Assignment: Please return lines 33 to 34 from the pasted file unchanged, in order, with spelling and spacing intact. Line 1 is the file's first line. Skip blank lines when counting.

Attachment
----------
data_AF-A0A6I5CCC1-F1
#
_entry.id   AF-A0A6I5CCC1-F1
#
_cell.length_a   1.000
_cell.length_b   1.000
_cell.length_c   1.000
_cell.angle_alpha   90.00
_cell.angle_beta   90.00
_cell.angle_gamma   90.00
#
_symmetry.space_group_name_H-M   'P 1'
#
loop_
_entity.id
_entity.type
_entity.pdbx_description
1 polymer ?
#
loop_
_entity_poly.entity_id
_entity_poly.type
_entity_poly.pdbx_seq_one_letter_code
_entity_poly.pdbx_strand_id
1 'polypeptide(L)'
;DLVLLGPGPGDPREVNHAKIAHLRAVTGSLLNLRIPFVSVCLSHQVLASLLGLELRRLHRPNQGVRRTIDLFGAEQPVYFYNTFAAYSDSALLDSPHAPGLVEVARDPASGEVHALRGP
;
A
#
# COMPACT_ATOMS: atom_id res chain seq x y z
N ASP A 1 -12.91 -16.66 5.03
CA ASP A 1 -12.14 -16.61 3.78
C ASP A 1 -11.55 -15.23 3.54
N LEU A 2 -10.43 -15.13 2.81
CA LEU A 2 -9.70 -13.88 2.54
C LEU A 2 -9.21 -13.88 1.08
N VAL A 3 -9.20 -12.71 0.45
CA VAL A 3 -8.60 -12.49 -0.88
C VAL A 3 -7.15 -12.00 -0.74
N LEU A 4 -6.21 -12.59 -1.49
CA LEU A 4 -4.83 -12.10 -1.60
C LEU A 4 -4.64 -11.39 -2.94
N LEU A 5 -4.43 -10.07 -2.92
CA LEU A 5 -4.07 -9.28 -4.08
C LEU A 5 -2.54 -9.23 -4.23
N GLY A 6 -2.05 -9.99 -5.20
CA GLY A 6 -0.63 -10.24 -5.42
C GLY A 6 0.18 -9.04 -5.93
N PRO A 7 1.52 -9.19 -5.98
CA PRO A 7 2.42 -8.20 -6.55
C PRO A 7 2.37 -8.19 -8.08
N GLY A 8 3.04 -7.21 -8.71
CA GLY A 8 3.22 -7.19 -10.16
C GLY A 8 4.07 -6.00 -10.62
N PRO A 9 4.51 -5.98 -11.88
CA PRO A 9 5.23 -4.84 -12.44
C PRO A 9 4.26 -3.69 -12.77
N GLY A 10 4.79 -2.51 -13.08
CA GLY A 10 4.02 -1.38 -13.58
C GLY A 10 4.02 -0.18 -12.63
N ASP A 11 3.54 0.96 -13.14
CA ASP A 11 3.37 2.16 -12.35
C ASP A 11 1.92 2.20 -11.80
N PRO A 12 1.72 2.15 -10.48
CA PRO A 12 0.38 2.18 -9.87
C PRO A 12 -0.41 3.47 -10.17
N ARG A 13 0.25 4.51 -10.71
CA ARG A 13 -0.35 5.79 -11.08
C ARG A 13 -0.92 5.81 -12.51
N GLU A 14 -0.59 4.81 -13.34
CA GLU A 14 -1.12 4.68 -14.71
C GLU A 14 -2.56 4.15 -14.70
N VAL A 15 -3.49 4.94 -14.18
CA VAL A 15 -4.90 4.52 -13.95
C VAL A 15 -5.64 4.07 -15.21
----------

C ASP A 1 -11.55 -15.23 3.54
N LEU A 2 -10.43 -15.13 2.81